Appearance of Black in InDesign and Illustrator

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Appearance of Black in InDesign and Illustrator

Here’s a quick tip for more accurate rendering of blacks in Illustrator and InDesign. Under the Preferences menu you’ll find a tab for Appearance of Black. The screenshot here is from Illustrator but the settings are the same in InDesign.

Appearance of Black Settings

There are two settings, one for On Screen and one for Printing/Exporting. By default these are set to render all blacks as Rich Black ie as a black as the device will allow. This is a particular issue when working in CMYK as you will perceive no on screen difference between a single colour black, comprised of 100% Black ink, and a 4 colour composite black, which could run up to 400% (100% in each ink). When printed there is a marked difference between the two.

The two example previews in the panel give an exaggerated view of how this difference will appear but it does give some idea.

Mousing over the dropdown menus will call up information in the Description field explaining the differing behavior for each setting.

Appearance of Black description

If you are creating artwork for print I would urge you to change the On Screen setting to Display All Blacks Accurately as this will give you a more reliable display that closely represents how blacks, both single colour and composite, interactive with other colours in your document.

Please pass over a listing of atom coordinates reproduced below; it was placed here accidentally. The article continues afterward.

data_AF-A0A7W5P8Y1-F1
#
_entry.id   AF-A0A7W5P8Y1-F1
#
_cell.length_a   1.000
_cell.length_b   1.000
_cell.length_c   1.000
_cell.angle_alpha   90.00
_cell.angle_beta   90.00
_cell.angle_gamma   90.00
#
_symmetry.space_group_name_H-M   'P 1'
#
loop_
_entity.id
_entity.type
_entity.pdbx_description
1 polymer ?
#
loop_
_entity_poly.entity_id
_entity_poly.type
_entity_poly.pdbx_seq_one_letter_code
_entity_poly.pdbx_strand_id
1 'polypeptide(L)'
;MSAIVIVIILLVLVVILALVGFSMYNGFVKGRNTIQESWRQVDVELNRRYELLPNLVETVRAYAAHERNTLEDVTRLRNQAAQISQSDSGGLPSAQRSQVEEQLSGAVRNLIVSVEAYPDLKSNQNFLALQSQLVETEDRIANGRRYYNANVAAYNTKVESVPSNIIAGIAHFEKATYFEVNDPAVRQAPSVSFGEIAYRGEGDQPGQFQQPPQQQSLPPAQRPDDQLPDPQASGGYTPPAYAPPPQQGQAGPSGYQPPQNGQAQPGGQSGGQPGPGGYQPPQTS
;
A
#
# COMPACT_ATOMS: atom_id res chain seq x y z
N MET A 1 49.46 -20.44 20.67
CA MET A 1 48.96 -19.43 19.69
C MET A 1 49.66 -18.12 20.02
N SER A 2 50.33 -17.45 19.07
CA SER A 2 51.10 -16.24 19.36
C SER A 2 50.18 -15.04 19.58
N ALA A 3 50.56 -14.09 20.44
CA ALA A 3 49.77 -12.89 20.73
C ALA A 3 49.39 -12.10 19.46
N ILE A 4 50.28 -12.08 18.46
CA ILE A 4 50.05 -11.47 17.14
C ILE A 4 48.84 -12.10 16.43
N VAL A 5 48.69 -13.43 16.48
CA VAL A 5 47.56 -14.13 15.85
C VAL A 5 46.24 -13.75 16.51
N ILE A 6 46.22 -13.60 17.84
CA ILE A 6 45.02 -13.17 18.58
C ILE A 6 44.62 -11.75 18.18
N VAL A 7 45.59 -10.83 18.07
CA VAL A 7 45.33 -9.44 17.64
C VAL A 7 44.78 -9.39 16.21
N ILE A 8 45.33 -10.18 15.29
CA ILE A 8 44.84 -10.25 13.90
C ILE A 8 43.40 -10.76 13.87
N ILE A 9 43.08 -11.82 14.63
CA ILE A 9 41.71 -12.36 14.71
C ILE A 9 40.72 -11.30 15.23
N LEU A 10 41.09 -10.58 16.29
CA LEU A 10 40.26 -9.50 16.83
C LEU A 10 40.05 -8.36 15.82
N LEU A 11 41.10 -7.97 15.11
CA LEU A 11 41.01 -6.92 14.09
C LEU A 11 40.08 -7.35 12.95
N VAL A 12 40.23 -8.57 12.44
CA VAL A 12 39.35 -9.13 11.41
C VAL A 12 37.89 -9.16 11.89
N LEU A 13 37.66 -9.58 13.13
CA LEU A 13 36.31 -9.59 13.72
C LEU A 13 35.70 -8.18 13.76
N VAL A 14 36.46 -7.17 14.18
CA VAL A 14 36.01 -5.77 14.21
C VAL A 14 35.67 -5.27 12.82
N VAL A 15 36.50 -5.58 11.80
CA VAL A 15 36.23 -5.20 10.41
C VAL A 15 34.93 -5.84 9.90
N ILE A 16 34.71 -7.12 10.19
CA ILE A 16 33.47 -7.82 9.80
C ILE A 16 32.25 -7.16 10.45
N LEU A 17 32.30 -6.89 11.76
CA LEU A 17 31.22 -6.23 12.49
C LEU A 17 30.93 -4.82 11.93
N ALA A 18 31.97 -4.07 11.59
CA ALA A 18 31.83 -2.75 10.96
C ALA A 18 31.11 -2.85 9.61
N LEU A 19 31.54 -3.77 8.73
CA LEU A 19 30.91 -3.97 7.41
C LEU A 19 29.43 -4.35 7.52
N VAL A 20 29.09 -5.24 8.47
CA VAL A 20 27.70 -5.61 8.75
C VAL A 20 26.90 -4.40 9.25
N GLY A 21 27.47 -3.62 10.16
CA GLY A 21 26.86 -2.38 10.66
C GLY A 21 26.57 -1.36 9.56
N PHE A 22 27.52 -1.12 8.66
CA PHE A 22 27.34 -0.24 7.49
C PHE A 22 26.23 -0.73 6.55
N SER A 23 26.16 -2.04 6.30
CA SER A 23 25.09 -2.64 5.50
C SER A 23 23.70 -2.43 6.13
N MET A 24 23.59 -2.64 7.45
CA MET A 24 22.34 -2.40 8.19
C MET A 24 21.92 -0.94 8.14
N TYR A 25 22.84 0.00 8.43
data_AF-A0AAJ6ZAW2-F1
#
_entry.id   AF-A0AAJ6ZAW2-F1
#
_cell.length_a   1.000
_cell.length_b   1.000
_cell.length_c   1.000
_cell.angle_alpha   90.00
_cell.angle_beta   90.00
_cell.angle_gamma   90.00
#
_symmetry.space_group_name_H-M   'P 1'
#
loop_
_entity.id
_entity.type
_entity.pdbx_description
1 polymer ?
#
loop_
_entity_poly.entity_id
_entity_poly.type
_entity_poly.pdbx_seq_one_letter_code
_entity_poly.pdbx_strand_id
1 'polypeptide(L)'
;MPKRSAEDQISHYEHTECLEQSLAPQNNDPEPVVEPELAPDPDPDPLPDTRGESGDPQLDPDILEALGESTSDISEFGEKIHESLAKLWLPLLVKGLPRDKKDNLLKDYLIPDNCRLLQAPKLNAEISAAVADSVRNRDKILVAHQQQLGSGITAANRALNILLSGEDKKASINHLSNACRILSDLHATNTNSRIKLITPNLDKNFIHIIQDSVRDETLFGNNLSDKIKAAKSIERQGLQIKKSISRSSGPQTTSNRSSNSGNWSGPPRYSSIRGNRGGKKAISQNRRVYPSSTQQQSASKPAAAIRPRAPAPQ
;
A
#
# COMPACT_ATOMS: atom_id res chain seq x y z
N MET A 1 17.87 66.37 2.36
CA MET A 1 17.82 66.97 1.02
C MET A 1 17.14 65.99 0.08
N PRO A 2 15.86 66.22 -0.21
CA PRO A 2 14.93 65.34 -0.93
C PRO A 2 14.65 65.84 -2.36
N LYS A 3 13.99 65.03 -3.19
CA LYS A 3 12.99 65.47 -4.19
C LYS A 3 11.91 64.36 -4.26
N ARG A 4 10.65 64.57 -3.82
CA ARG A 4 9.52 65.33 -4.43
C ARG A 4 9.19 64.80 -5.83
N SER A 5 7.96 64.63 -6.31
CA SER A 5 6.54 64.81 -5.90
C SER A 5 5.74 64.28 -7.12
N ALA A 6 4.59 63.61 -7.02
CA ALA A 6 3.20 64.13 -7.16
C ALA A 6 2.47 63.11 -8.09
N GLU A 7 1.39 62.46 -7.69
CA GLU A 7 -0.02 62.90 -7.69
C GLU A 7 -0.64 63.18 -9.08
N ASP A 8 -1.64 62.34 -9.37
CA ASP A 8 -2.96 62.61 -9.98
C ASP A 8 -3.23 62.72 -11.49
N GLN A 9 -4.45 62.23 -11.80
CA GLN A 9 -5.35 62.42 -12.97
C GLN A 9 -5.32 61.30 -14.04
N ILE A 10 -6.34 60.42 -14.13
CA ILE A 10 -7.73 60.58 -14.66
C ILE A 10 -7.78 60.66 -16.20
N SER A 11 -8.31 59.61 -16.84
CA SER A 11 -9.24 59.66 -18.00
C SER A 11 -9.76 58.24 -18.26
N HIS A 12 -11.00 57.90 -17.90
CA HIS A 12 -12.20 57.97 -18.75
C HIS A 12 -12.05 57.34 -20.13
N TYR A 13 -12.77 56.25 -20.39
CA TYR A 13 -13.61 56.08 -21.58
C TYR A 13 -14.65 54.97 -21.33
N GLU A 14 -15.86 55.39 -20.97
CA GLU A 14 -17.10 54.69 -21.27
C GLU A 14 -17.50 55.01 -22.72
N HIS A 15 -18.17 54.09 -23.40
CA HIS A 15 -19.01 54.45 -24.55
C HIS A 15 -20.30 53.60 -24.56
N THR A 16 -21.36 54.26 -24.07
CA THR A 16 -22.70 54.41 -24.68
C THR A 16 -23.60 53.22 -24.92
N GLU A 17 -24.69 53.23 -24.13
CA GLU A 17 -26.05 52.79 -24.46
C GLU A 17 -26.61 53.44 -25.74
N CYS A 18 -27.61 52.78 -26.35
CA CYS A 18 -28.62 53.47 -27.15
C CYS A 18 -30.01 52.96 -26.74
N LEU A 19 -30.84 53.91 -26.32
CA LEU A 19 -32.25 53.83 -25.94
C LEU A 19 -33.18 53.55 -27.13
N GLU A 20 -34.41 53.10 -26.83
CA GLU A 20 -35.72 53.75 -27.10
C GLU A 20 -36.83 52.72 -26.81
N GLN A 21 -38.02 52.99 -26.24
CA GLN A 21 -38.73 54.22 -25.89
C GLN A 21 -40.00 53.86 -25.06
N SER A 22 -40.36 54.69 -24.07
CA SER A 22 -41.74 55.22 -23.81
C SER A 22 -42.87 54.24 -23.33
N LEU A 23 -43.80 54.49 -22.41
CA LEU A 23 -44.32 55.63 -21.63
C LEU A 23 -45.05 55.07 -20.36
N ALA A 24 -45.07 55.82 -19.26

Depending on the set up of your printing device you may find that the Print/Exporting setting has no impact. Printing devices configured with colour management will tend to use CMYK colour as their input source so the Preference setting is ignored as it only applies to RGB devices.

More basic printers, like standard office printers, tend to use RGB as their input source so this setting will come into effect in this scenario.

As this second option applies to Exporting as well as printing you may need to change this when exporting a CMYK graphic to RGB. However, this would only be necessary if you actually wanted to see a difference in the black elements in your graphic. For the most part black tends to be rendered as rich black with on screen graphics. When viewing black text in a web browser, for example, you will be viewing a full-strength RGB black so only change this setting if it’s relevent.